Pctures of radioactive dating
Radiometric dating, radioactive dating or radioisotope dating is a technique which is used to date materials such as rocks or carbon, in which trace radioactive impurities were selectively incorporated when they were formed.
The method compares the abundance of a naturally occurring radioactive isotope within the material to the abundance of its decay products, which form at a known constant rate of decay.
By allowing the establishment of geological timescales, it provides a significant source of information about the ages of fossils and the deduced rates of evolutionary change.
The only exceptions are nuclides that decay by the process of electron capture, such as beryllium-7, strontium-85, and zirconium-89, whose decay rate may be affected by local electron density.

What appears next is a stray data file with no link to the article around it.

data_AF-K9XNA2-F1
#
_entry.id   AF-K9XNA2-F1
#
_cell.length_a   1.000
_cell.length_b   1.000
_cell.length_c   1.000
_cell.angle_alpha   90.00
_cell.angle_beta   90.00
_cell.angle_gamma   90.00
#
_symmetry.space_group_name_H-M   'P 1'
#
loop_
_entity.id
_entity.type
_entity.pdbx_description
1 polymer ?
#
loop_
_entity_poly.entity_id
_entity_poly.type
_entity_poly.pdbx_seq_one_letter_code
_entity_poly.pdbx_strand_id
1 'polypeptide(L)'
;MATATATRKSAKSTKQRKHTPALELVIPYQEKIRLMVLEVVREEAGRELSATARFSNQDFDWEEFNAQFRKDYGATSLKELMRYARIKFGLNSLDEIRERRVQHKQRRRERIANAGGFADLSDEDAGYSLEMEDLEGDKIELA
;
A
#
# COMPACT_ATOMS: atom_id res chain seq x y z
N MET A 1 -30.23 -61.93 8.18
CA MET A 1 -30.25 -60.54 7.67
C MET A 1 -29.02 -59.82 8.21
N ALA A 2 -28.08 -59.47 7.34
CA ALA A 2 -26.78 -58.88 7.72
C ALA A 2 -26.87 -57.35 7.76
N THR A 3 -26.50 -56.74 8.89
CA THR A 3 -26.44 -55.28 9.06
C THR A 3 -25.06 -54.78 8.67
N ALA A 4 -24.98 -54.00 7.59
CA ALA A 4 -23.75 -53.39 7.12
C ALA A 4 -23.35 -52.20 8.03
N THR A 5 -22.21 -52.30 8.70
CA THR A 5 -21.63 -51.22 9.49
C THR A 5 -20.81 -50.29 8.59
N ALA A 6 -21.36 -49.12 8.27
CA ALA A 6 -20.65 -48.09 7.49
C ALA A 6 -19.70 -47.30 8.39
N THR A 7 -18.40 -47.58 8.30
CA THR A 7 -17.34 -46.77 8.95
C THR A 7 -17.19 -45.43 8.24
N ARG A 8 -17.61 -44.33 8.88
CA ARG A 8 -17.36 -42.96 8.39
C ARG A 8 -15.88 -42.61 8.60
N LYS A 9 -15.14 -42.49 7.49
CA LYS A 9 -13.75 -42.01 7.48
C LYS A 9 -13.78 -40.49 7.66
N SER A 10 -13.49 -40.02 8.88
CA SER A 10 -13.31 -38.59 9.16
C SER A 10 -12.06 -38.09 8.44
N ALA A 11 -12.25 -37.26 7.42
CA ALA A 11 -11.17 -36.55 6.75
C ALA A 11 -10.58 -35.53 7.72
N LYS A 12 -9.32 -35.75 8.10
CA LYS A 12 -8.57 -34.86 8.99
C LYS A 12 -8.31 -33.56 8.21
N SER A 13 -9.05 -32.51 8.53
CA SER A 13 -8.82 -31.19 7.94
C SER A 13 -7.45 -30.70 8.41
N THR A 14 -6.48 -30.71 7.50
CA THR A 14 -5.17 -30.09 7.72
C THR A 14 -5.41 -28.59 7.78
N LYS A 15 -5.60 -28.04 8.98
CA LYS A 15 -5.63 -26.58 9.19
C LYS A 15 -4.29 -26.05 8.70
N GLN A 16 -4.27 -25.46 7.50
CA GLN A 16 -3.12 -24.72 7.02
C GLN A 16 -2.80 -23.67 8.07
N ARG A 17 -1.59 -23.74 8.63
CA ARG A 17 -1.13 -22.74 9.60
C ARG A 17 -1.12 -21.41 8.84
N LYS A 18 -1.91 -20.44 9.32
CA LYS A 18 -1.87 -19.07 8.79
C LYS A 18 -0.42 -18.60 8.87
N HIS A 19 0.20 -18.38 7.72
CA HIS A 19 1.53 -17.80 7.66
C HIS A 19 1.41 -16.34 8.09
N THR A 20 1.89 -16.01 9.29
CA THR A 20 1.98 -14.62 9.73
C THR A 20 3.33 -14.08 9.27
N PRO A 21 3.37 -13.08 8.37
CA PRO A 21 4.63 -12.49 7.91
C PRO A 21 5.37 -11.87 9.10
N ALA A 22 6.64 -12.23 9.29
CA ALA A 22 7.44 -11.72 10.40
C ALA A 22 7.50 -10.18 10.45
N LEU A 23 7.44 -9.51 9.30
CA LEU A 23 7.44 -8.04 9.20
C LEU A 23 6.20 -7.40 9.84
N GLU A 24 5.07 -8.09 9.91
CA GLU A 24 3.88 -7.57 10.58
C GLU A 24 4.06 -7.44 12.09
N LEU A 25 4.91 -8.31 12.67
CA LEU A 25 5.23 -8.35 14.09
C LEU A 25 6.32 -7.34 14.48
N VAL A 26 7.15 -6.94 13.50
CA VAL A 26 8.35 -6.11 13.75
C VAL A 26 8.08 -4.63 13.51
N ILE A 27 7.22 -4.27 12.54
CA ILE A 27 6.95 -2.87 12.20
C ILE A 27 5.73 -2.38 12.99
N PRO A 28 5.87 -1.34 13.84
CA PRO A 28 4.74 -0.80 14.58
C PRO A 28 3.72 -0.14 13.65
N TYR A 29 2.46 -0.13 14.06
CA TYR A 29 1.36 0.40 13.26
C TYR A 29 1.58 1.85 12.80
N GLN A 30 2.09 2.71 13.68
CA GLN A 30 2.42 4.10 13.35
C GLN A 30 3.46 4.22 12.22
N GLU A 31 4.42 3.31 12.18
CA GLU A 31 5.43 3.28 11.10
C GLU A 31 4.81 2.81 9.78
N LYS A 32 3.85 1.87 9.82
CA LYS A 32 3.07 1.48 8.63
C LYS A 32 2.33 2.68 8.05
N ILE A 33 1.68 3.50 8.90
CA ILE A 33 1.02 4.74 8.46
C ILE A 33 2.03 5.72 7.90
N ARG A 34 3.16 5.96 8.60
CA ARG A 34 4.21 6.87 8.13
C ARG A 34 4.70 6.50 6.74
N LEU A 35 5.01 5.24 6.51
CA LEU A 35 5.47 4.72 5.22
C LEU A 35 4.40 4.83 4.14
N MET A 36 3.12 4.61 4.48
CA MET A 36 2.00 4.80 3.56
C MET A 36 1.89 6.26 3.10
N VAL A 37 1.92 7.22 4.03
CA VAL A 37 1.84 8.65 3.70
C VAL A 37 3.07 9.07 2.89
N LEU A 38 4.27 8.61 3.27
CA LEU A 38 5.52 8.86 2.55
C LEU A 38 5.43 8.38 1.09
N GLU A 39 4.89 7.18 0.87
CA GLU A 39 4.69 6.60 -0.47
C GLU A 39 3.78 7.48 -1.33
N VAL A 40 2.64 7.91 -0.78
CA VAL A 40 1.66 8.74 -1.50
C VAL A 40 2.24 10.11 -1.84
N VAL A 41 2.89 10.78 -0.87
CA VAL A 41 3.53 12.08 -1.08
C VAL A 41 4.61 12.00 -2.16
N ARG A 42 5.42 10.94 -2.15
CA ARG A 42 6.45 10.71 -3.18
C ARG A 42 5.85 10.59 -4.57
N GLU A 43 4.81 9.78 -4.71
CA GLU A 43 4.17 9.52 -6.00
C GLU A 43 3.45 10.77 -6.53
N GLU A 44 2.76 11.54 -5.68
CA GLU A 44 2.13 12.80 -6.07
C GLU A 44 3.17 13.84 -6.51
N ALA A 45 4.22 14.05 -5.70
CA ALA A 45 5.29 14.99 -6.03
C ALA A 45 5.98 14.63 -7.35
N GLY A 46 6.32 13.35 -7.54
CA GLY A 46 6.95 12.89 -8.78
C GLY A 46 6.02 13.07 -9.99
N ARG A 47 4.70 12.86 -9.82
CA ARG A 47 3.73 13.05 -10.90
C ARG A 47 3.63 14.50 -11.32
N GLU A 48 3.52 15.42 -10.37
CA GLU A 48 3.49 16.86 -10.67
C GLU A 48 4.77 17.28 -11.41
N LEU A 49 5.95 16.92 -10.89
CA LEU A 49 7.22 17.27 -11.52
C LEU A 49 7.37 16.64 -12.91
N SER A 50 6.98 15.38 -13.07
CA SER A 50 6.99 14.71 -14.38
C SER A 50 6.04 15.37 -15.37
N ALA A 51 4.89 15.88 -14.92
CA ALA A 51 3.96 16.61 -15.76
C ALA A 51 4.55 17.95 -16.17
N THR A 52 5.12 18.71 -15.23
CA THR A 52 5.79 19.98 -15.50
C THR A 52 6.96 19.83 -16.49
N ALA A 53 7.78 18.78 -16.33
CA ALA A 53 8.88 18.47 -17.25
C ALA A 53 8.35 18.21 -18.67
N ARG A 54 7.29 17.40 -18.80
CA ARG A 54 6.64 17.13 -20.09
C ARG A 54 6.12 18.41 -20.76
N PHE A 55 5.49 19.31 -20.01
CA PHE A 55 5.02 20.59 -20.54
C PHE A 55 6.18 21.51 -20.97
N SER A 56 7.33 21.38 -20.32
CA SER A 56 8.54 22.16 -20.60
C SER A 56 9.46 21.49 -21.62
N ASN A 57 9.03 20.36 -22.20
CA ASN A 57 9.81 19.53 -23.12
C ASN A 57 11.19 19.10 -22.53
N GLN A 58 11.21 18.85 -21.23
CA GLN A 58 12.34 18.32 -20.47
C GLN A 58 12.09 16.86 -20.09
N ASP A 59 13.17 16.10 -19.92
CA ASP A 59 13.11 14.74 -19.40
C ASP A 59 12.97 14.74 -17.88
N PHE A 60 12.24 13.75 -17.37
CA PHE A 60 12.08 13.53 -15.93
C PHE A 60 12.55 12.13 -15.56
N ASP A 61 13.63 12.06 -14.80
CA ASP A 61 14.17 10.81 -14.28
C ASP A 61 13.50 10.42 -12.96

For all other nuclides, the proportion of the original nuclide to its decay products changes in a predictable way as the original nuclide decays over time.
Another possibility is spontaneous fission into two or more nuclides.
While the moment in time at which a particular nucleus decays is unpredictable, a collection of atoms of a radioactive nuclide decays exponentially at a rate described by a parameter known as the half-life, usually given in units of years when discussing dating techniques.